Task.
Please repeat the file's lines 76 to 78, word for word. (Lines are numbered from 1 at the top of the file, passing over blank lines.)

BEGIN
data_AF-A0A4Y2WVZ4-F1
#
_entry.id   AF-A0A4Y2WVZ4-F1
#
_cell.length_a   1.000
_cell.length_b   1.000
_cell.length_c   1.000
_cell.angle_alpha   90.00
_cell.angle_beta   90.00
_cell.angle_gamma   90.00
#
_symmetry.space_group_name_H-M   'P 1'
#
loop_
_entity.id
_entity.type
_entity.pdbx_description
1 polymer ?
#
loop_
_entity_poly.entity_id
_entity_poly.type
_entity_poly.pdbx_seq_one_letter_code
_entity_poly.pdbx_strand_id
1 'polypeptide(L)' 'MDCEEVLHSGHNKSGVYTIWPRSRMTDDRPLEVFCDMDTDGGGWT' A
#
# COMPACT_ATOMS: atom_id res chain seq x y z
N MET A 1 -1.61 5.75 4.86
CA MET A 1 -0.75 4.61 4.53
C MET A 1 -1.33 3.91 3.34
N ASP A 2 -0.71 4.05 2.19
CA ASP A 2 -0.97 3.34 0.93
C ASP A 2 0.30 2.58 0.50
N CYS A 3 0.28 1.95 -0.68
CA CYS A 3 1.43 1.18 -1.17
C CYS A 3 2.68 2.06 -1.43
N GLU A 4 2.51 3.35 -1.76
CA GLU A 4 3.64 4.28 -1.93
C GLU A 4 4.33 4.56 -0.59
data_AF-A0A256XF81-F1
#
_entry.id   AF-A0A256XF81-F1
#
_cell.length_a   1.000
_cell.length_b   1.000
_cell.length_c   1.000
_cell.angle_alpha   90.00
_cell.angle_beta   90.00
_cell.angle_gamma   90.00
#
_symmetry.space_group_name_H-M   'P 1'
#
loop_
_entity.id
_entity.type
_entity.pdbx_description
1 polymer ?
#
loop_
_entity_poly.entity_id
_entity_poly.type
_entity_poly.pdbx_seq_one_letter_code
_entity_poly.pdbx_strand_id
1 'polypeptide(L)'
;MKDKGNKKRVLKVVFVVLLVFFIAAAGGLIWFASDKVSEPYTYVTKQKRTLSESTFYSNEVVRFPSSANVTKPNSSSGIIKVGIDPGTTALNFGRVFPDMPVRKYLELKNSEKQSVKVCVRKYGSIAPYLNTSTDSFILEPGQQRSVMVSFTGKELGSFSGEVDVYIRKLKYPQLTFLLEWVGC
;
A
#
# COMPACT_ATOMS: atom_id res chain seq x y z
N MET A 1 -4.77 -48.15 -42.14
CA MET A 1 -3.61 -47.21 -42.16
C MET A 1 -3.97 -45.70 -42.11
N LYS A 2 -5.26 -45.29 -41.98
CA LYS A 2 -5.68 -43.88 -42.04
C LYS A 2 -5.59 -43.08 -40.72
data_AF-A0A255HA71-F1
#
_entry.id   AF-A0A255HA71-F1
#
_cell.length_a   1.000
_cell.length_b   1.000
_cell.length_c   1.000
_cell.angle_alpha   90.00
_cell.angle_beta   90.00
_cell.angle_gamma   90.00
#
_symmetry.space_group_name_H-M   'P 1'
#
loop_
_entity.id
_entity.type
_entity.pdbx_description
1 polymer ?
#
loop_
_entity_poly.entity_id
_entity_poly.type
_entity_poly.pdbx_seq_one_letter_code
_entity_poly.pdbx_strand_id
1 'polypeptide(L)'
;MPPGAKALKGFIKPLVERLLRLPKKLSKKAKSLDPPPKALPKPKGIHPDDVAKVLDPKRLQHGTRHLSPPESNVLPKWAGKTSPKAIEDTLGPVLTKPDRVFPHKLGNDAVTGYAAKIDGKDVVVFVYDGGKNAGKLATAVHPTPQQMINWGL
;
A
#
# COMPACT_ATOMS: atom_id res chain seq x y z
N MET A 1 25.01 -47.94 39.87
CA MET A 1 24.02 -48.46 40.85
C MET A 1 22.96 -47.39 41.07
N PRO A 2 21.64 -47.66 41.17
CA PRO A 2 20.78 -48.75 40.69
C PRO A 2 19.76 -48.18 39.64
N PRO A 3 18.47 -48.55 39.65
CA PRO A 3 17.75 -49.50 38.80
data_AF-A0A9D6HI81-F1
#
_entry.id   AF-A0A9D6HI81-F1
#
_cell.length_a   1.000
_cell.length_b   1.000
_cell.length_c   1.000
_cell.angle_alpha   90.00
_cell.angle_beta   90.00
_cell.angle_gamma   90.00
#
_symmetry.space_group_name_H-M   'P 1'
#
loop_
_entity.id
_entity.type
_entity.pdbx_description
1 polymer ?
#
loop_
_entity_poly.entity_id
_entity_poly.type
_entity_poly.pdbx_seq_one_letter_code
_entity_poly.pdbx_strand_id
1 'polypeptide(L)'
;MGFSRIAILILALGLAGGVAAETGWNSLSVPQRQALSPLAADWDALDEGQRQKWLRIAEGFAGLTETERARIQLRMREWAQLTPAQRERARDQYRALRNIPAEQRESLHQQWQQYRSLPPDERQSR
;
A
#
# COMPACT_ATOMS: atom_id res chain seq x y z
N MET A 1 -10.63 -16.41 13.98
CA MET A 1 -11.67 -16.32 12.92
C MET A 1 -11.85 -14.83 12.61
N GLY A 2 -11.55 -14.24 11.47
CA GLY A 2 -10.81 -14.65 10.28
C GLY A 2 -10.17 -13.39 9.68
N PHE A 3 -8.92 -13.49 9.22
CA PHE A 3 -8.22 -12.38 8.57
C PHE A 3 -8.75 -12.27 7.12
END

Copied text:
data_AF-A0A255HA71-F1
#
_entry.id   AF-A0A255HA71-F1